Any converters that visited the Automation Arena at Labelexpo cannot fail to have been impressed by the level of integration between today’s sophisticated management information systems (MIS), advances in workflow automation and the latest developments in automated press, inspection and finishing line set-up.
In a 30 minute demonstration, an audience member ‘customer’ selected both a digital and conventional repeat job label design and was able to follow these through all the necessary automated job management, pre-press, print production, inspection and finishing stages, waste removal and warehousing and, finally, through to job delivery and invoicing. Indeed, the whole automation feature was designed to present the printing plant of tomorrow with a level of automation and profitability never before attempted. From its initial concept, the overall aim of the Automation Arena was to convince converters that with the latest workflow technology it is now easier than ever to automate and process more jobs in the same through-put time, with fewer errors, with 100 percent quality and barcode inspection, incorporate automated press and finishing set-up, and all with the same number of employees.
As the central hub of the Automation Arena, a Cerm MIS processed and managed the whole automated workflow, integrating with an Esko Software Platform supporting the end-to-end label workflow to change the selected digital label design and personalize with the customer’s name, create rules for inspection, and initiate a proof for customer approval.
Once approval of the label and barcode was received back from the customer, files were sent to a Xeikon 3300 with a Xeikon LDU laser die-cutting unit integrated with a Xeikon Vectorizer for step and repeat and printing, together with AVT inspection files, job identification and die-cutting and finishing barcodes for the in-line laser die-cutting, slitting and turret rewinding.
Meanwhile, the MPS EF 430 operator read his MIS-generated job ticket on screen, checked that plates, tools, inks and substrate had been delivered, changing the roll using a Kocher+Beck UR Precision U440 butt splicer. Each roll loaded was scanned and became fully traceable throughout the process, interacting with the Cerm system in order to provide real-time production values. A Cerm inspection command was also sent to AVT’s automatic 100 percent print inspection system, which registered any defects during printing – but at this stage did not act on them.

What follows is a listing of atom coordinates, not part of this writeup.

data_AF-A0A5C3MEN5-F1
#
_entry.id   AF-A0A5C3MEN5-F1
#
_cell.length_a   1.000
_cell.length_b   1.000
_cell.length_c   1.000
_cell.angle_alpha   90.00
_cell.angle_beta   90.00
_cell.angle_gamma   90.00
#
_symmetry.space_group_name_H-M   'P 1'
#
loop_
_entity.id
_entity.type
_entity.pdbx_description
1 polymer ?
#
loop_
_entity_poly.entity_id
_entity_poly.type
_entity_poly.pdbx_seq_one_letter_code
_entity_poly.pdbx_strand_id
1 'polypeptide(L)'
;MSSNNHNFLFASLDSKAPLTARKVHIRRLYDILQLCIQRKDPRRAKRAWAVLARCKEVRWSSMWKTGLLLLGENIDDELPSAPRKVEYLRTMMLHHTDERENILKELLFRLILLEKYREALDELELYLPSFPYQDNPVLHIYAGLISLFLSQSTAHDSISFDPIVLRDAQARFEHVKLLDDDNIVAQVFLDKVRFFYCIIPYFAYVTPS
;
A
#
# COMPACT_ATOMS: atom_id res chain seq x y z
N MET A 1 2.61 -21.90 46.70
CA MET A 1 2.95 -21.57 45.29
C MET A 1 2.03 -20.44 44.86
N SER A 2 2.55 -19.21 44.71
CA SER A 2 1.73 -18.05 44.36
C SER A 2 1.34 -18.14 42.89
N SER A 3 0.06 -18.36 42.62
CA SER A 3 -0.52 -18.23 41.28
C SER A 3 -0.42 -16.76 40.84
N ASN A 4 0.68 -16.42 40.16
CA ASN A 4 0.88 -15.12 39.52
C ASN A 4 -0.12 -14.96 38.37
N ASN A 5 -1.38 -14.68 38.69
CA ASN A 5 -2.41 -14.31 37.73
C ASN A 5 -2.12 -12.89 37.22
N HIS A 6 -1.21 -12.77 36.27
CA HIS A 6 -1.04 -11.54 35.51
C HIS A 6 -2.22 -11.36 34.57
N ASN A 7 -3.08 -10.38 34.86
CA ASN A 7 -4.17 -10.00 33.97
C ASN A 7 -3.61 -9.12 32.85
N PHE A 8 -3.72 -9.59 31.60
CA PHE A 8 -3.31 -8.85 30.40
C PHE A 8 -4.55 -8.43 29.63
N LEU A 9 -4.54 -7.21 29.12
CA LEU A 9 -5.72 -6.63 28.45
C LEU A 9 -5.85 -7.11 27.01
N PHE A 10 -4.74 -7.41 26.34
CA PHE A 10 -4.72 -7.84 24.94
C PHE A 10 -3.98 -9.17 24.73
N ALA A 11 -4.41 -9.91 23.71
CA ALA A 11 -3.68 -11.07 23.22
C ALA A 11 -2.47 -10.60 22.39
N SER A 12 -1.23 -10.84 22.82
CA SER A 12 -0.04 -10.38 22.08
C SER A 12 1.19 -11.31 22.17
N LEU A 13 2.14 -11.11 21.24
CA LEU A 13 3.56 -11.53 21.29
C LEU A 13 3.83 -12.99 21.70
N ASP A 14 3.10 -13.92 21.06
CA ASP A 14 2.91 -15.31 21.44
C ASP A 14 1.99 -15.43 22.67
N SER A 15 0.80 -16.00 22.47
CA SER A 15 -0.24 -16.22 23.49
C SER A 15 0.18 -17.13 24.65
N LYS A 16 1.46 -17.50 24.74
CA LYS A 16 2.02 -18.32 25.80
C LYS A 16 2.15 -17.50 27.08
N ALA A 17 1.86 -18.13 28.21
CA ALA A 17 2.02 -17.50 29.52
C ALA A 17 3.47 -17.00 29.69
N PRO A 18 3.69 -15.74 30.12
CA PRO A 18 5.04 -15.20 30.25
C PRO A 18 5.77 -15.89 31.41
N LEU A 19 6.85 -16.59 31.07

A Matho EM-180 waste management system on the MPS press captured, cut, transported and collected the production waste into a waste disposal system, while cores for both presses were cut on a Wasberger WLE fully automatic core cutter following the specifications provided on the job ticket.
All finished rolls from both the Xeikon and MPS presses incorporated an ID barcode which, when scanned, enabled electronic instructions for the automatic set-up of cutting knives on a Grafotronic high-speed inspection slitter rewinder. An AVT camera automatically stopped the Grafotronic when a defect was detected so that a repair could take place. Final rolls were scanned into a warehouse location, a picking list prepared through the MIS, a delivery note printed, an email sent to the customer and invoicing launched.
Did the Automation Arena fulfil its promise of presenting the label plant of the future? Well, more than 1,000 visitors sat through demonstrations, there were over 250 media posts, and there were in excess of 1.26 million impressions on those posts. Participating suppliers were almost overwhelmed with the number of enquiries received from companies now looking to consider automating their operations. An undoubted key to the success of the Automation Arena was most certainly the collaboration between all the participating companies, managed in turn by the Cerm MIS.
In an era of ever decreasing run lengths, production bottlenecks, shorter lead and delivery times, multi-versions and variations, it seems certain that increasing automation of tomorrow’s label plants will become a necessity for successful performance and profitability. Hopefully the Automation Arena provided an important showcase of just what is now becoming feasible.
This article was first published in L&L issue 5, 2017, and is available here